- Bruce Lee appears in another peaceful dojo in Enter the Dragon, but is forced to fight a former student who perverted the master's teachings for evil.
- The Jedi in the Star Wars universe are essentially an order of militant monks all of whom (if fully trained) are deadly warriors on the battlefield, but are taught to resolve conflicts without switching on their lightsabers.
- Cobra Kai: In season 2, Daniel LaRusso opens up Miyagi-Do Karate, a martial arts dojo based out of Mr. Miyagi's old house, to counter the rising impact of Cobra Kai in the San Fernando Valley. His training of Robby and Sam — which involves almost all of the same tactics Mr. Miyagi used on him — indicates Miyagi-Do is set to follow this path. Unfortunately, tensions between various members of Miyagi-Do and members of Cobra Kai culminate in a karate war breaking out at school, leading to Sam being hospitalized in a skirmish with Tory Nichols, while Robby goes to jail after kicking Sam's ex-boyfriend Miguel Diaz over a railing. Daniel realizes that he has failed to pass on his sensei's lessons of deescalation and peace making and, on Amanda's ultimatum, elects to shut it down. In season 3, Sam chooses to reopen the dojo in her dad's absence when Cobra Kai continue picking on the Miyagi-Do kids at school, and after the hostilities between the dojos culminate in Demetri getting his arm broken in a gang fight, Daniel steps in to get the dojo back on course and properly instill the virtues of Miyagi-Do into his students.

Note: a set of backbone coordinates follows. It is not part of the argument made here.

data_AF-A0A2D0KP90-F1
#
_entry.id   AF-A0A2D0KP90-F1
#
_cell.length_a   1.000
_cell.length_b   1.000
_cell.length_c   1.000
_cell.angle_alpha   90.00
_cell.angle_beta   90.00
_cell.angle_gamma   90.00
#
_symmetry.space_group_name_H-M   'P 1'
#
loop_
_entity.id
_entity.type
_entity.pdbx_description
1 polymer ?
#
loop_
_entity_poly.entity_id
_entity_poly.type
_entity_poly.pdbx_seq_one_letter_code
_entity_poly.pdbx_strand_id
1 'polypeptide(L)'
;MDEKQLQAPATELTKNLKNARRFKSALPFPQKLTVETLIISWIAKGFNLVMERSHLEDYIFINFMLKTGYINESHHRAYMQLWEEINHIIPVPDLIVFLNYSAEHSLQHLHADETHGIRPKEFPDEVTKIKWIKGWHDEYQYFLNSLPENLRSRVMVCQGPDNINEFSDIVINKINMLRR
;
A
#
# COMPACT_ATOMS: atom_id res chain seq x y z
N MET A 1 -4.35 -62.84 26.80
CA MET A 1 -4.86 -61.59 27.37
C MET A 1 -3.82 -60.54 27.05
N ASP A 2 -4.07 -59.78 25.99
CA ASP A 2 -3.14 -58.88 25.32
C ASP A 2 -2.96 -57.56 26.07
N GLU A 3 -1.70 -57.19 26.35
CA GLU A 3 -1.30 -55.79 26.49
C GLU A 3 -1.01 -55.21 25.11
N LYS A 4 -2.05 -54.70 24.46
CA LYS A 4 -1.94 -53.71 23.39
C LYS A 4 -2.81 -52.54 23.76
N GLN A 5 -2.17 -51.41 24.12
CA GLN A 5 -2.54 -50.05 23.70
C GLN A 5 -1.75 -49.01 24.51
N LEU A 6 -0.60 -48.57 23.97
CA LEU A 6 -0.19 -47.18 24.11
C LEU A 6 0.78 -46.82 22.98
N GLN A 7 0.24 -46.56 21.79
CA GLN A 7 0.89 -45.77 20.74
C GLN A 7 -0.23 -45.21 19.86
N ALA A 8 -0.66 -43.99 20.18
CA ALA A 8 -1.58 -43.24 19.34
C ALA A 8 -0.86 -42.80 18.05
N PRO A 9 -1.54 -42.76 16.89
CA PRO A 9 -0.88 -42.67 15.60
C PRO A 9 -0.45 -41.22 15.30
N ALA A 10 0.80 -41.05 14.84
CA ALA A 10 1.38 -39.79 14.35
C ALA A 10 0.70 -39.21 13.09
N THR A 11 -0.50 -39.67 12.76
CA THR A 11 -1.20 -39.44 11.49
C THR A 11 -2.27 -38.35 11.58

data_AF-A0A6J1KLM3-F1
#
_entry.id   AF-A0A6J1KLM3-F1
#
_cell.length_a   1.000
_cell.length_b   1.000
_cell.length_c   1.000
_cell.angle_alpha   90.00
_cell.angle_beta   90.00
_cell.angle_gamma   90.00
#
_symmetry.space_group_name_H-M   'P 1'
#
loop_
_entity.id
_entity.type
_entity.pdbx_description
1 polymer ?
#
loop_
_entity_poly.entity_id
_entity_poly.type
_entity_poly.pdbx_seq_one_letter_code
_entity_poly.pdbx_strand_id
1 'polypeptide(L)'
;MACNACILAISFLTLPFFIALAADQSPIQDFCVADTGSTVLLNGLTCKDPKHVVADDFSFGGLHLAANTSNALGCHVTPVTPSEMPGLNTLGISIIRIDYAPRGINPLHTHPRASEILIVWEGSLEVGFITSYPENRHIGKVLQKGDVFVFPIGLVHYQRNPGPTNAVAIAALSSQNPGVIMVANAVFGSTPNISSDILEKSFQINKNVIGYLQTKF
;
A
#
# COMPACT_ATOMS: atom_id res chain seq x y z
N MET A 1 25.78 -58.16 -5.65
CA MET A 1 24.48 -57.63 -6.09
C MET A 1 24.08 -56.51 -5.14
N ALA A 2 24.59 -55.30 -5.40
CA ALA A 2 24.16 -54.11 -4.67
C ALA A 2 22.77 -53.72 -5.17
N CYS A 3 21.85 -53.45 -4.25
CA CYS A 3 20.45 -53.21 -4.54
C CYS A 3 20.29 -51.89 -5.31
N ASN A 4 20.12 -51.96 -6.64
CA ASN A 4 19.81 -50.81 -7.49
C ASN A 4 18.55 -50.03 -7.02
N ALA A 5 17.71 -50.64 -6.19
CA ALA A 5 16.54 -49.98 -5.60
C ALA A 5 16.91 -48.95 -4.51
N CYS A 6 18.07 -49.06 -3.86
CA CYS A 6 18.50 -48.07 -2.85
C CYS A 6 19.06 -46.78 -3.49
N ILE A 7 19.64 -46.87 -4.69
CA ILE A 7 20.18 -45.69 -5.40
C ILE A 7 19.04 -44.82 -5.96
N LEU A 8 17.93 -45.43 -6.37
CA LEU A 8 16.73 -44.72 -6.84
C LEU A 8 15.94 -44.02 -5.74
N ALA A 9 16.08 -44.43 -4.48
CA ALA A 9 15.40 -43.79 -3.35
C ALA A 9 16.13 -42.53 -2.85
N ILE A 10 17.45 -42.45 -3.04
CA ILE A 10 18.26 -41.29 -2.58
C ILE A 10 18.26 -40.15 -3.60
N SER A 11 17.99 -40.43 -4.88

- In the original Mighty Morphin' Power Rangers, Jason ran such a class. In fact, he went on to lampshade it to Bulk: "Martial arts was not developed to hurt others."
- Kickin' It has Bobby Wasabi Martial Arts Academy, whose staff and students have turned Good Is Not Soft into an art form in terms of conflict resolution. Most common in any situation where Jack catches a fist in his palm and calmly goes into his Pre Ass Kicking One Liner.
- In the Street Fighter Universe there's Gouken's Ansatsuki School, which teaches a non-lethal version of this martial art, Ryu and Ken being two of his most famous disciples.
- The Isabel's grandfather's dojo in Paranatural teaches people how to manipulate Spectral energy to battle ghosts. Despite essentially being about teaching magic, it looks like a stereotypical martial arts dojo and frequently requires physical exercise.
- In El Goonish Shive, the Anime Style Martial Arts Dojo used to be this ... until Sensei Greg decided to close it down. He did that partially because, given the potential of the techniques he taught, the risk a Deceptive Disciple could pose was too high.
- Most martial arts schools, especially those training children, operate along these principles. They'll make it clear that the class is about discipline, self-control, fitness, healthy competition, etc. and that violence should otherwise be an absolute last resort in a self-defense situation. This is, in fact, what the Eastern arts always emphasized, though it may seem a little odd to modern Western audiences. There's also the fact that they are businesses, after all, and gaining a reputation as a Thug Dojo can have serious financial and potentially legal consequences.